beautiful day up on hawk hill, filled with friends, hazy blue skies, and a good number of migrating birds and butterflies.
as i arrived there we had a great look at a merlin that flew not too far overhead (a merlin is a type of small falcon, larger than a kestrel but smaller than a peregrine falcon) – it appeared to be a juvenile. they are fairly uncommon here in the bay area, but they pass through during migration time from their breeding grounds to the north – and in the time of short days we get a boost in the population as some choose to spend the winter here.
the humans congregated on top of the hill with their scopes and binos, calling out every moving bird within a couple of miles. it’s a rather bizarre experience, to see all these people perched on the high hill for hours at a time every day for three months of the year, but wonderful that so many committed volunteers take their time to do this. as everyone was focused afar, two resident ravens, a male and female pair, landed very close by to watch the watchers.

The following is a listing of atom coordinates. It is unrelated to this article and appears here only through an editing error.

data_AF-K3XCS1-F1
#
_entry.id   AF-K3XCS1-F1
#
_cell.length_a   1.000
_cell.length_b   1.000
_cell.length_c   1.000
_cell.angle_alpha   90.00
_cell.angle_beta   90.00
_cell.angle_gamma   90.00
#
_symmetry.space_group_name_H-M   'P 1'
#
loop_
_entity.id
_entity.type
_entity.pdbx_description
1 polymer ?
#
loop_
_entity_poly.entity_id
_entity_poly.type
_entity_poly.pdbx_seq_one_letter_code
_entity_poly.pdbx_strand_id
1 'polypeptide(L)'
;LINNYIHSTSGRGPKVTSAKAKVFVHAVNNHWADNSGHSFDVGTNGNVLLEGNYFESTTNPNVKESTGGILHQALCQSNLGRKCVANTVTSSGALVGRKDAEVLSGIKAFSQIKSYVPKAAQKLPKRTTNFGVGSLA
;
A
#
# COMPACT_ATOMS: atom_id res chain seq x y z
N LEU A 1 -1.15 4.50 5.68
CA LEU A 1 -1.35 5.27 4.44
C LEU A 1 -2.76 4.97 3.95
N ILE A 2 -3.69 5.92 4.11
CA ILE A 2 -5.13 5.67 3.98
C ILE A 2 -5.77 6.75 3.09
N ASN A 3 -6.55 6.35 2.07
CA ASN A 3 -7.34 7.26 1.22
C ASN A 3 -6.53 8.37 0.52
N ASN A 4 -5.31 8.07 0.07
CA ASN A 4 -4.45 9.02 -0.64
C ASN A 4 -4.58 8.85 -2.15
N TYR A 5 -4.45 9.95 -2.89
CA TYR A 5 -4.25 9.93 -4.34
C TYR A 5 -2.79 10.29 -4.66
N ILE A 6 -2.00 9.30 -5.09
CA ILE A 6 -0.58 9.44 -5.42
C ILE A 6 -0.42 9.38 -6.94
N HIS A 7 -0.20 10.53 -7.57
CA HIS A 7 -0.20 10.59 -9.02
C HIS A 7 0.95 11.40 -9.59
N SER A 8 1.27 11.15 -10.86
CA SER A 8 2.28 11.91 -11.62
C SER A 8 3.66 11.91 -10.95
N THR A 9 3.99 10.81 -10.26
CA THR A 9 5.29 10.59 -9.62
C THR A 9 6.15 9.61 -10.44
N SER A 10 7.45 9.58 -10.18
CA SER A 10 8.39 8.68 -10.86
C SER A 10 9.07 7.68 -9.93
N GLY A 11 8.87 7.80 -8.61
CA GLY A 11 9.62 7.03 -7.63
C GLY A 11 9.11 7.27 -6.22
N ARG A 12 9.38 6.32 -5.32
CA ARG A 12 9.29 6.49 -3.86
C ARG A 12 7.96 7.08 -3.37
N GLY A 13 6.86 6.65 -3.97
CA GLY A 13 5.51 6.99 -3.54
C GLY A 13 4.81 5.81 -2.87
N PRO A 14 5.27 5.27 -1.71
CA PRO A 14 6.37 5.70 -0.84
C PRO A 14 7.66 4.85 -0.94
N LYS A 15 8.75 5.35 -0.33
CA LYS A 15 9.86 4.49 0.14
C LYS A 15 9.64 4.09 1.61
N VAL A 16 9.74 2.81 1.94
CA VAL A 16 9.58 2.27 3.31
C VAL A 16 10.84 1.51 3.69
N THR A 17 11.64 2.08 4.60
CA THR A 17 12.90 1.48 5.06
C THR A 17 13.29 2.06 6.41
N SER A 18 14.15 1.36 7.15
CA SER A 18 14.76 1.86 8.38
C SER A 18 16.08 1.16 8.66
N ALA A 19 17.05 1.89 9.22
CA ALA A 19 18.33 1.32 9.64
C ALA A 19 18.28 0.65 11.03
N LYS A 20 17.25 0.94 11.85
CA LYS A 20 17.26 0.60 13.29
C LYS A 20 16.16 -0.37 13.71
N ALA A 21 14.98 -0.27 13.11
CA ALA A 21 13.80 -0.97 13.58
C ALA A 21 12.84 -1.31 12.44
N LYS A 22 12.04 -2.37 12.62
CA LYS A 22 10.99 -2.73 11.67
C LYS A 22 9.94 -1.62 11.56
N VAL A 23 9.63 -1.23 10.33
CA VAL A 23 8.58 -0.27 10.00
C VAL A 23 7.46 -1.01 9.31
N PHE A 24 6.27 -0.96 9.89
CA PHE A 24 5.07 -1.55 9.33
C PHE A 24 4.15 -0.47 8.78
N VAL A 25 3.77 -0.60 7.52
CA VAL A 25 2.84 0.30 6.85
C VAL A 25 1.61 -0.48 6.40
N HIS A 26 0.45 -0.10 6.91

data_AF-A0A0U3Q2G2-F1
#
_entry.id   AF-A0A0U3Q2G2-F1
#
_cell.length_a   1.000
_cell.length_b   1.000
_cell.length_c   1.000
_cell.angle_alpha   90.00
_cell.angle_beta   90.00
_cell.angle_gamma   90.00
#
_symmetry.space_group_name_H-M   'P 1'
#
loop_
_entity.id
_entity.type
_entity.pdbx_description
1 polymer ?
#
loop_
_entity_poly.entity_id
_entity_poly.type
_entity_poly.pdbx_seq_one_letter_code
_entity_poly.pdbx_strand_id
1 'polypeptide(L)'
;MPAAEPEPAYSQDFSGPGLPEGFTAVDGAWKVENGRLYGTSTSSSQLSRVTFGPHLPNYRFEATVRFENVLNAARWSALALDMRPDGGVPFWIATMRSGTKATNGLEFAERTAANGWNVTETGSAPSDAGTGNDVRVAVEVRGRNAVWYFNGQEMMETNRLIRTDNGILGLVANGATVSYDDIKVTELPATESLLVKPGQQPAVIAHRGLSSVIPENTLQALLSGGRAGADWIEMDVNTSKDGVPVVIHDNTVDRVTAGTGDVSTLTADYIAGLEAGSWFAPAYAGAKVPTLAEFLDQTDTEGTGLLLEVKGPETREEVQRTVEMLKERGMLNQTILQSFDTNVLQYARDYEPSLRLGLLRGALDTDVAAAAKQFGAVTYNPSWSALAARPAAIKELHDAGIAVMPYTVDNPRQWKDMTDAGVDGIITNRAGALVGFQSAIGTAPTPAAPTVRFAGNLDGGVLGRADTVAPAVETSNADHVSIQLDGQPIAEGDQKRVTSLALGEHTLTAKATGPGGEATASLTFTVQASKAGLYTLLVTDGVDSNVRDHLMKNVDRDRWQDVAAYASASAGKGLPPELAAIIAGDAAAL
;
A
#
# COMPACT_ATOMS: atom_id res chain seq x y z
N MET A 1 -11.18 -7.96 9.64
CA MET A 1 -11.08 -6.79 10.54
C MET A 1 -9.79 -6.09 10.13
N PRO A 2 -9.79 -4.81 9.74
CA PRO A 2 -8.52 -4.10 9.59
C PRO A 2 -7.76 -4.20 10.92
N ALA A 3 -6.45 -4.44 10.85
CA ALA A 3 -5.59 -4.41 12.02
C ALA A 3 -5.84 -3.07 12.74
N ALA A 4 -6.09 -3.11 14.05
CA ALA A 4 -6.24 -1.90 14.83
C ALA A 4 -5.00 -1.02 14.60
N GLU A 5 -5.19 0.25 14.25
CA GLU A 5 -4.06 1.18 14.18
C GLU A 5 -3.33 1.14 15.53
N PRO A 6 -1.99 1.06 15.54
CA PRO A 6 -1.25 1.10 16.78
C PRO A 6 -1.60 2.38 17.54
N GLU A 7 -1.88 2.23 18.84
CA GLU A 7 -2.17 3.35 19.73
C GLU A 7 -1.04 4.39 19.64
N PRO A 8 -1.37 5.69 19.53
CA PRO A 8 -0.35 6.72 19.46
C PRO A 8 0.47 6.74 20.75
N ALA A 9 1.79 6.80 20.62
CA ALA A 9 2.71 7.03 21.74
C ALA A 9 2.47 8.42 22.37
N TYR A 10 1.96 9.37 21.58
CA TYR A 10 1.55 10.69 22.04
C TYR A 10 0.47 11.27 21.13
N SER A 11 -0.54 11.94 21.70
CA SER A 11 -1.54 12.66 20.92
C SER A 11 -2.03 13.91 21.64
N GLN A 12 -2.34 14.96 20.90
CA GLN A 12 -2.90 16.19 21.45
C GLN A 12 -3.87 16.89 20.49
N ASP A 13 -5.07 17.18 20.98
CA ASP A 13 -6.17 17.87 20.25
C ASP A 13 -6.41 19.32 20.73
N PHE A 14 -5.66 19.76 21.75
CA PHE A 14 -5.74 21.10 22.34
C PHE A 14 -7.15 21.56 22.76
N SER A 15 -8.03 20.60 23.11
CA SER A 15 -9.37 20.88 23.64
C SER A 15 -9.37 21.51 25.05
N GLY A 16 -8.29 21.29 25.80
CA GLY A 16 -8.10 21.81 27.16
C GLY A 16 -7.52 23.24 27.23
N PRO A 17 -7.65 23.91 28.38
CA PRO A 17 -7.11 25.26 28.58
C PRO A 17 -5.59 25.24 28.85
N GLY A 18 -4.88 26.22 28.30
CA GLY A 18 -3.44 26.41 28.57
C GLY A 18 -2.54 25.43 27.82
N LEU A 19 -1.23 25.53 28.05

we chuckled as we realized that i was watching the birds, who were watching the other people, who were watching the other birds! these two hung around for quite a while, intrigued by the activity of the people (and likely looking for some dropped food as well). occasionally they would come very close to each other, making quiet croaking noises as one of them would groom the other’s face area. it was so endearing. and at such close quarters, in the bright sun, i could really see the intelligence in their eyes. amazing, beautiful animals.
we saw a lot of accipiters today, as expected, but were also treated to a number of ferruginous hawks, several merlins, and some late-in-the-day peregrines. after most people had packed up for the day and i was leaving the hill, a red-tail floated overhead to hunt the area and allowed for some really fun pictures …
the colors on this bird are amazing, and for an adult it has a very light eye (iris). so beautiful. thank you, my good friend!
as always happens when one packs up to leave, birds start showing themselves and tempting you to stay. as i started down the trail, one last juvenile northern harrier tried to keep me on the hill.
This fella was busy eating on a perch this morning, plagued by yellow jackets trying to get some of his breakfast – and finally chased off by a female kestrel after eating the last morsels. What a great sighting, with really good views and light!
I’m guessing that this a male based on the blue-grey feathers on its back and upper wing coverts, the bit of rufous coloring on its chest and also because it was quite a bit smaller than the female kestrel that chased it off its perch. Females are larger and tend to have more of a brown coloring on the upperparts and lack any rufous wash.